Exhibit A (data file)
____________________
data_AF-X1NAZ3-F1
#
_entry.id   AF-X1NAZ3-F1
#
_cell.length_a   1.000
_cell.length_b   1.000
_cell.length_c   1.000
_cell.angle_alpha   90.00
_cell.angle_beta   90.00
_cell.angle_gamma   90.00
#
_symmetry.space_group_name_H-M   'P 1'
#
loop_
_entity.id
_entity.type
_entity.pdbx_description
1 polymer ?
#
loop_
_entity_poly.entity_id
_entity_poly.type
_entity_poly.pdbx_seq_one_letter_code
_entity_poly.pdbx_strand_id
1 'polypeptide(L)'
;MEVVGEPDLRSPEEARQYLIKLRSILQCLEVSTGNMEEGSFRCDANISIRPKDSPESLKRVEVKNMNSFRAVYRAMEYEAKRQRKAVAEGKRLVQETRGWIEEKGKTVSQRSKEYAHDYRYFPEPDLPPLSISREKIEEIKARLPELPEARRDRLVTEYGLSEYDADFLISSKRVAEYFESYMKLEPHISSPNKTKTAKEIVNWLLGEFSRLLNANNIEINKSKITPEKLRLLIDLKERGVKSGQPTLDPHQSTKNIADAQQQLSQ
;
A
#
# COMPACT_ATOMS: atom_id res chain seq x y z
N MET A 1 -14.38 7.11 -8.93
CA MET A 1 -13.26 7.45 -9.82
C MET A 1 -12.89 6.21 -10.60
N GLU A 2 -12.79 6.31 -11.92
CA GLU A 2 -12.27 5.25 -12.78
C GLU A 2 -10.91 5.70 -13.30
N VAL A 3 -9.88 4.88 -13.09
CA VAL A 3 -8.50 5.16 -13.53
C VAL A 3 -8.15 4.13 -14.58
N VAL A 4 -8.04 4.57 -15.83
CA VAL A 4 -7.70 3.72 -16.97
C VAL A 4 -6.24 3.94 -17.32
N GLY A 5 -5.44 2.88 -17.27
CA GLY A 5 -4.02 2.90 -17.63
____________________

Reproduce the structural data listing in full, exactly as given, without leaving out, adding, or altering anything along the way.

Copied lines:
data_AF-X1NAZ3-F1
#
_entry.id   AF-X1NAZ3-F1
#
_cell.length_a   1.000
_cell.length_b   1.000
_cell.length_c   1.000
_cell.angle_alpha   90.00
_cell.angle_beta   90.00
_cell.angle_gamma   90.00
#
_symmetry.space_group_name_H-M   'P 1'
#
loop_
_entity.id
_entity.type
_entity.pdbx_description
1 polymer ?
#
loop_
_entity_poly.entity_id
_entity_poly.type
_entity_poly.pdbx_seq_one_letter_code
_entity_poly.pdbx_strand_id
1 'polypeptide(L)'
;MEVVGEPDLRSPEEARQYLIKLRSILQCLEVSTGNMEEGSFRCDANISIRPKDSPESLKRVEVKNMNSFRAVYRAMEYEAKRQRKAVAEGKRLVQETRGWIEEKGKTVSQRSKEYAHDYRYFPEPDLPPLSISREKIEEIKARLPELPEARRDRLVTEYGLSEYDADFLISSKRVAEYFESYMKLEPHISSPNKTKTAKEIVNWLLGEFSRLLNANNIEINKSKITPEKLRLLIDLKERGVKSGQPTLDPHQSTKNIADAQQQLSQ
;
A
#
# COMPACT_ATOMS: atom_id res chain seq x y z
N MET A 1 -14.38 7.11 -8.93
CA MET A 1 -13.26 7.45 -9.82
C MET A 1 -12.89 6.21 -10.60
N GLU A 2 -12.79 6.31 -11.92
CA GLU A 2 -12.27 5.25 -12.78
C GLU A 2 -10.91 5.70 -13.30
N VAL A 3 -9.88 4.88 -13.09
CA VAL A 3 -8.50 5.16 -13.53
C VAL A 3 -8.15 4.13 -14.58
N VAL A 4 -8.04 4.57 -15.83
CA VAL A 4 -7.70 3.72 -16.97
C VAL A 4 -6.24 3.94 -17.32
N GLY A 5 -5.44 2.88 -17.27
CA GLY A 5 -4.02 2.90 -17.63